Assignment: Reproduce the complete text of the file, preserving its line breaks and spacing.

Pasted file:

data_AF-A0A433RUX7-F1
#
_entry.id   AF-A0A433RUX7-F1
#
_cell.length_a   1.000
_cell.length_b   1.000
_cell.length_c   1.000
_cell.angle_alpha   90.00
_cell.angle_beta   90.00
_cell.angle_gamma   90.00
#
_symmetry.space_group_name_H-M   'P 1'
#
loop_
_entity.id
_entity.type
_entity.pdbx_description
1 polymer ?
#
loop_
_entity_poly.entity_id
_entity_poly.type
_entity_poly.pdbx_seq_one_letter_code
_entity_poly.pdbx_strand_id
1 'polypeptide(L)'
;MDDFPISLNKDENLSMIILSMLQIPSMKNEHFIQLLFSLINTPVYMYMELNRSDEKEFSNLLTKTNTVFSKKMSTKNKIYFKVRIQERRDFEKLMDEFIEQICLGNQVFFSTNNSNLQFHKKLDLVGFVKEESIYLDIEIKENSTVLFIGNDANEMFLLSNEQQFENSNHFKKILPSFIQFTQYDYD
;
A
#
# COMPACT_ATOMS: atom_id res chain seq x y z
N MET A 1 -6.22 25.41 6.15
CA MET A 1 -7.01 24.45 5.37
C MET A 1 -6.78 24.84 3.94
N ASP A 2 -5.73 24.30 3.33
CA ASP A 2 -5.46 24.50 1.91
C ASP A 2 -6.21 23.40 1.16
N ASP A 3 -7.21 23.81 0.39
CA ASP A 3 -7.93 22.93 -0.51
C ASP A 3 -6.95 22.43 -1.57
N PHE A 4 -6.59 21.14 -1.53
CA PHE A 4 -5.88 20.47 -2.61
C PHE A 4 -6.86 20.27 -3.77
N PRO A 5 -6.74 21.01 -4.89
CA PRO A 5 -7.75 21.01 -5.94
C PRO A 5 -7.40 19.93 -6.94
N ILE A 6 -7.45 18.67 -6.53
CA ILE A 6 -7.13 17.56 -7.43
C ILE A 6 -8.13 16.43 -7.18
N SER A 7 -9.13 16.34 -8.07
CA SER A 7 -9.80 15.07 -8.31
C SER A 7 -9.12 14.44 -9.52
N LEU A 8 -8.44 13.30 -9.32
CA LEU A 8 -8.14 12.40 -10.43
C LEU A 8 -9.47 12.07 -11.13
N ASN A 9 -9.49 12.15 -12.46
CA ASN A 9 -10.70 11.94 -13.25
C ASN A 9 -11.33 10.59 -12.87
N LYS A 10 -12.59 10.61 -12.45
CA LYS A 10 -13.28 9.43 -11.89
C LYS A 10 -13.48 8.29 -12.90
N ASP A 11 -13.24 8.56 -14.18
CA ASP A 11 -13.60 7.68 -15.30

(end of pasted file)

data_AF-A0A433RUX7-F1
#
_entry.id   AF-A0A433RUX7-F1
#
_cell.length_a   1.000
_cell.length_b   1.000
_cell.length_c   1.000
_cell.angle_alpha   90.00
_cell.angle_beta   90.00
_cell.angle_gamma   90.00
#
_symmetry.space_group_name_H-M   'P 1'
#
loop_
_entity.id
_entity.type
_entity.pdbx_description
1 polymer ?
#
loop_
_entity_poly.entity_id
_entity_poly.type
_entity_poly.pdbx_seq_one_letter_code
_entity_poly.pdbx_strand_id
1 'polypeptide(L)'
;MDDFPISLNKDENLSMIILSMLQIPSMKNEHFIQLLFSLINTPVYMYMELNRSDEKEFSNLLTKTNTVFSKKMSTKNKIYFKVRIQERRDFEKLMDEFIEQICLGNQVFFSTNNSNLQFHKKLDLVGFVKEESIYLDIEIKENSTVLFIGNDANEMFLLSNEQQFENSNHFKKILPSFIQFTQYDYD
;
A
#
# COMPACT_ATOMS: atom_id res chain seq x y z
N MET A 1 -6.22 25.41 6.15
CA MET A 1 -7.01 24.45 5.37
C MET A 1 -6.78 24.84 3.94
N ASP A 2 -5.73 24.30 3.33
CA ASP A 2 -5.46 24.50 1.91
C ASP A 2 -6.21 23.40 1.16
N ASP A 3 -7.21 23.81 0.39
CA ASP A 3 -7.93 22.93 -0.51
C ASP A 3 -6.95 22.43 -1.57
N PHE A 4 -6.59 21.14 -1.53
CA PHE A 4 -5.88 20.47 -2.61
C PHE A 4 -6.86 20.27 -3.77
N PRO A 5 -6.74 21.01 -4.89
CA PRO A 5 -7.75 21.01 -5.94
C PRO A 5 -7.40 19.93 -6.94
N ILE A 6 -7.45 18.67 -6.53
CA ILE A 6 -7.13 17.56 -7.43
C ILE A 6 -8.13 16.43 -7.18
N SER A 7 -9.13 16.34 -8.07
CA SER A 7 -9.80 15.07 -8.31
C SER A 7 -9.12 14.44 -9.52
N LEU A 8 -8.44 13.30 -9.32
CA LEU A 8 -8.14 12.40 -10.43
C LEU A 8 -9.47 12.07 -11.13
N ASN A 9 -9.49 12.15 -12.46
CA ASN A 9 -10.70 11.94 -13.25
C ASN A 9 -11.33 10.59 -12.87
N LYS A 10 -12.59 10.61 -12.45
CA LYS A 10 -13.28 9.43 -11.89
C LYS A 10 -13.48 8.29 -12.90
N ASP A 11 -13.24 8.56 -14.18
CA ASP A 11 -13.60 7.68 -15.30